LAURA WANG/THE VARSITY

As U of T president Meric Gertler wrapped up his late January visit to India, some important aspects of his trip should be addressed.

In addition to giving public lectures at the Observer Research Foundation in New Delhi and the Federation of Indian Chambers of Commerce, Gertler co-hosted a workshop entitled Universities in Urbanization: Building Healthy, Sustainable & Innovative Cities. Not only is this topic Gertler’s academic strong suit, but it is also of particular consequence for U of T due to its location within the heart of the city.

Indian students represent the second-largest international student demographic at U of T. Given the apparent willingness on behalf of the administration to branch out to other countries through academic partnerships and events, it would seem that the university’s international strategy has more room to grow.

In light of Gertler’s visit, it is important to consider where U of T stands as a premier international institution and as a leader in higher education. Are we doing enough to recruit international students and to provide them with adequate assistance once they arrive? What is the university doing to address the financial, cultural, and geographical barriers that prevent those who wish to study at our institution from doing so?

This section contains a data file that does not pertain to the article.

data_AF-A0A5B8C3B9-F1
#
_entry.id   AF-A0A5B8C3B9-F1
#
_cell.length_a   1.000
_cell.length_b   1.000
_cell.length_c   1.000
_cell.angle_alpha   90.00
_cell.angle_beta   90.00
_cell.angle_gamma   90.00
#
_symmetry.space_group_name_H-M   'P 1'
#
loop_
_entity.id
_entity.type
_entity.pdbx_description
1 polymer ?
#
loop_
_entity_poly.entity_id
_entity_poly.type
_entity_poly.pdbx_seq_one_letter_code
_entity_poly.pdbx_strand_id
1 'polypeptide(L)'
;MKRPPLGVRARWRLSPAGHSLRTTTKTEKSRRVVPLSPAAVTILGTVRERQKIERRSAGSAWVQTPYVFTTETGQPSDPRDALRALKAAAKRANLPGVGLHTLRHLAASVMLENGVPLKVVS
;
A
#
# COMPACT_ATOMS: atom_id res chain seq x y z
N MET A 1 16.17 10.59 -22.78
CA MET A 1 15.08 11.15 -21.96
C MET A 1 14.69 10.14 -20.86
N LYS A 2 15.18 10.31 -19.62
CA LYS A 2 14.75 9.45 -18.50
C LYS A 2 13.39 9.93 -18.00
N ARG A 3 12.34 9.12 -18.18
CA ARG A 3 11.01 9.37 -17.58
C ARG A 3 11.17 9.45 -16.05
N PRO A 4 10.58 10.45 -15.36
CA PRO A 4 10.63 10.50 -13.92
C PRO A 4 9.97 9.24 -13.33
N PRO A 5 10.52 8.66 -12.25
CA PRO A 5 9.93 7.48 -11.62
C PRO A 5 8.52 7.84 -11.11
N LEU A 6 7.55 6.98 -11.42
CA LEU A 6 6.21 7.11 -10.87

Some post-secondary institutions in Canada seem to have a solution. Niagara College, for instance, has created a campus in Saudi Arabia: Niagara College — Taif.

Establishing an international campus is no easy task, but it is definitely a worthwhile initiative. Space abroad creates opportunities for students who might otherwise be unable to attend North American institutions. If building the U of T brand globally continues to be an institutional goal for the foreseeable future, then perhaps the university administration should develop some plans for satellite programs abroad. It serves the dual purpose of exporting higher education to create more opportunities for students around the world who might not otherwise have them. It also helps to further U of T’s brand, name, and recognition among international students, who currently comprise approximately 17.5 per cent of our tri-campus population.

With that being said, it is also important to consider the geographical location the international interest stems from and where there is the most demand before even thinking of creating a satellite campus like Niagara College. The university needs to consider if it is a good idea and, if so, whether it is better to target countries with a higher representative student population or those whose student population is low, possibly because their residents  find it difficult to come to Canada as students.

Gertler’s visit to India represents a continued effort by the university to develop and maintain its international brand. If international recognition and recruitment remain important for the university moving forward, then perhaps the administration should consider following the trend currently developing among several post-secondary institutions and draft plans to eventually develop campuses abroad and spread the U of T experience. 

Dmitry Polyanskyy is a second-year student studying math and computer science.

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